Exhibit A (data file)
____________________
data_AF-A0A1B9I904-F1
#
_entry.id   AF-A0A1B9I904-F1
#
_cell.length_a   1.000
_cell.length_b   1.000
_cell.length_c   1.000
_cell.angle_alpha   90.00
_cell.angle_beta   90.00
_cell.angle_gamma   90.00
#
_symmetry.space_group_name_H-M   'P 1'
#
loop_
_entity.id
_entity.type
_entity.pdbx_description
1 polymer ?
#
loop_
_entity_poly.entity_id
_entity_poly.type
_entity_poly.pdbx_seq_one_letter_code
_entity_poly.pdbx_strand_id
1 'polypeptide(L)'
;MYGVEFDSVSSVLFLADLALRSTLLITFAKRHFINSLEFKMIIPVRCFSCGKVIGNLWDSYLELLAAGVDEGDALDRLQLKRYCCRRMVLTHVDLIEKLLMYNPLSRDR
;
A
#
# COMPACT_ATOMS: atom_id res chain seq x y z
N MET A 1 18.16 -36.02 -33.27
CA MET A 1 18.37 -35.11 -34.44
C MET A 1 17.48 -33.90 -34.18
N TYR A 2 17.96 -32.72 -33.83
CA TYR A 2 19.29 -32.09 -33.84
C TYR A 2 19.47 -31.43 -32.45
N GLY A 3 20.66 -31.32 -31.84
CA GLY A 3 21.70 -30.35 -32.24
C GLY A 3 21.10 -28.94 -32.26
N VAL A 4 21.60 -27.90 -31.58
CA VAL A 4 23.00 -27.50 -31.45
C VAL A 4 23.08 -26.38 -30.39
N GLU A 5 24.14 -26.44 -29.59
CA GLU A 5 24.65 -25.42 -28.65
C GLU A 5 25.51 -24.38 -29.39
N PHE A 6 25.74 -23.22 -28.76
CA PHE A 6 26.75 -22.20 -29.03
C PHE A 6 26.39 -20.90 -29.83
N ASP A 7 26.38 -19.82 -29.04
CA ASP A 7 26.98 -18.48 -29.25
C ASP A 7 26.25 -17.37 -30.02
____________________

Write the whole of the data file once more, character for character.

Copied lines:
data_AF-A0A1B9I904-F1
#
_entry.id   AF-A0A1B9I904-F1
#
_cell.length_a   1.000
_cell.length_b   1.000
_cell.length_c   1.000
_cell.angle_alpha   90.00
_cell.angle_beta   90.00
_cell.angle_gamma   90.00
#
_symmetry.space_group_name_H-M   'P 1'
#
loop_
_entity.id
_entity.type
_entity.pdbx_description
1 polymer ?
#
loop_
_entity_poly.entity_id
_entity_poly.type
_entity_poly.pdbx_seq_one_letter_code
_entity_poly.pdbx_strand_id
1 'polypeptide(L)'
;MYGVEFDSVSSVLFLADLALRSTLLITFAKRHFINSLEFKMIIPVRCFSCGKVIGNLWDSYLELLAAGVDEGDALDRLQLKRYCCRRMVLTHVDLIEKLLMYNPLSRDR
;
A
#
# COMPACT_ATOMS: atom_id res chain seq x y z
N MET A 1 18.16 -36.02 -33.27
CA MET A 1 18.37 -35.11 -34.44
C MET A 1 17.48 -33.90 -34.18
N TYR A 2 17.96 -32.72 -33.83
CA TYR A 2 19.29 -32.09 -33.84
C TYR A 2 19.47 -31.43 -32.45
N GLY A 3 20.66 -31.32 -31.84
CA GLY A 3 21.70 -30.35 -32.24
C GLY A 3 21.10 -28.94 -32.26
N VAL A 4 21.60 -27.90 -31.58
CA VAL A 4 23.00 -27.50 -31.45
C VAL A 4 23.08 -26.38 -30.39
N GLU A 5 24.14 -26.44 -29.59
CA GLU A 5 24.65 -25.42 -28.65
C GLU A 5 25.51 -24.38 -29.39
N PHE A 6 25.74 -23.22 -28.76
CA PHE A 6 26.75 -22.20 -29.03
C PHE A 6 26.39 -20.90 -29.83
N ASP A 7 26.38 -19.82 -29.04
CA ASP A 7 26.98 -18.48 -29.25
C ASP A 7 26.25 -17.37 -30.02